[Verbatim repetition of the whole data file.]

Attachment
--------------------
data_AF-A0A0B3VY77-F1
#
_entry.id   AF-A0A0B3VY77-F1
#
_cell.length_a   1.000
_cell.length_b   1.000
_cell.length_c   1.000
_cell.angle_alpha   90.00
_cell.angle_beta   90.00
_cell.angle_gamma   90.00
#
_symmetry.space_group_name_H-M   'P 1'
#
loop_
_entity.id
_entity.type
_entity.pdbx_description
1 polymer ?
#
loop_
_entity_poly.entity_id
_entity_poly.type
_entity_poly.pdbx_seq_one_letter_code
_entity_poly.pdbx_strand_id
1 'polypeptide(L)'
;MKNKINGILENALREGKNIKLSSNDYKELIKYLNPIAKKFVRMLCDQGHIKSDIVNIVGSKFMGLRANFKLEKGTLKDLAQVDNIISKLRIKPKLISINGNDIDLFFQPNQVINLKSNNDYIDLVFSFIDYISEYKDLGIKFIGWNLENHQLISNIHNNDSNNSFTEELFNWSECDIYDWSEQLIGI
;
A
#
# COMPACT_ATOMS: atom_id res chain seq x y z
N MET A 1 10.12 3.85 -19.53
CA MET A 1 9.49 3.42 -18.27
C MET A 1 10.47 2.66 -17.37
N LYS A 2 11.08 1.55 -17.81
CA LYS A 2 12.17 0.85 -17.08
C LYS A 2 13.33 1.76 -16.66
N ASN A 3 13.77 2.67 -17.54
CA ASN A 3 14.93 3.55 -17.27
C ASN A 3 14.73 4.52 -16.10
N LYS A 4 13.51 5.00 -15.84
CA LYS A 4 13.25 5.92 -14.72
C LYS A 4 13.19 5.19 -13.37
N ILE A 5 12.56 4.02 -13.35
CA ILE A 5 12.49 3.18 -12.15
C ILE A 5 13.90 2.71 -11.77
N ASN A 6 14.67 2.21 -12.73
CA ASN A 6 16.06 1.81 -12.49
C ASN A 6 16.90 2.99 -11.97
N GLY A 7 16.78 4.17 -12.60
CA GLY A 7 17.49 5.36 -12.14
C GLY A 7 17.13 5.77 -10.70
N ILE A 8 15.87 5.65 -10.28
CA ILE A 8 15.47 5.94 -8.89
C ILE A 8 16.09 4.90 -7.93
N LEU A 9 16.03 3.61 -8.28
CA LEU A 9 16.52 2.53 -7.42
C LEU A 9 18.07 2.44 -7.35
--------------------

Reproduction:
data_AF-A0A0B3VY77-F1
#
_entry.id   AF-A0A0B3VY77-F1
#
_cell.length_a   1.000
_cell.length_b   1.000
_cell.length_c   1.000
_cell.angle_alpha   90.00
_cell.angle_beta   90.00
_cell.angle_gamma   90.00
#
_symmetry.space_group_name_H-M   'P 1'
#
loop_
_entity.id
_entity.type
_entity.pdbx_description
1 polymer ?
#
loop_
_entity_poly.entity_id
_entity_poly.type
_entity_poly.pdbx_seq_one_letter_code
_entity_poly.pdbx_strand_id
1 'polypeptide(L)'
;MKNKINGILENALREGKNIKLSSNDYKELIKYLNPIAKKFVRMLCDQGHIKSDIVNIVGSKFMGLRANFKLEKGTLKDLAQVDNIISKLRIKPKLISINGNDIDLFFQPNQVINLKSNNDYIDLVFSFIDYISEYKDLGIKFIGWNLENHQLISNIHNNDSNNSFTEELFNWSECDIYDWSEQLIGI
;
A
#
# COMPACT_ATOMS: atom_id res chain seq x y z
N MET A 1 10.12 3.85 -19.53
CA MET A 1 9.49 3.42 -18.27
C MET A 1 10.47 2.66 -17.37
N LYS A 2 11.08 1.55 -17.81
CA LYS A 2 12.17 0.85 -17.08
C LYS A 2 13.33 1.76 -16.66
N ASN A 3 13.77 2.67 -17.54
CA ASN A 3 14.93 3.55 -17.27
C ASN A 3 14.73 4.52 -16.10
N LYS A 4 13.51 5.00 -15.84
CA LYS A 4 13.25 5.92 -14.72
C LYS A 4 13.19 5.19 -13.37
N ILE A 5 12.56 4.02 -13.35
CA ILE A 5 12.49 3.18 -12.15
C ILE A 5 13.90 2.71 -11.77
N ASN A 6 14.67 2.21 -12.73
CA ASN A 6 16.06 1.81 -12.49
C ASN A 6 16.90 2.99 -11.97
N GLY A 7 16.78 4.17 -12.60
CA GLY A 7 17.49 5.36 -12.14
C GLY A 7 17.13 5.77 -10.70
N ILE A 8 15.87 5.65 -10.28
CA ILE A 8 15.47 5.94 -8.89
C ILE A 8 16.09 4.90 -7.93
N LEU A 9 16.03 3.61 -8.28
CA LEU A 9 16.52 2.53 -7.42
C LEU A 9 18.07 2.44 -7.35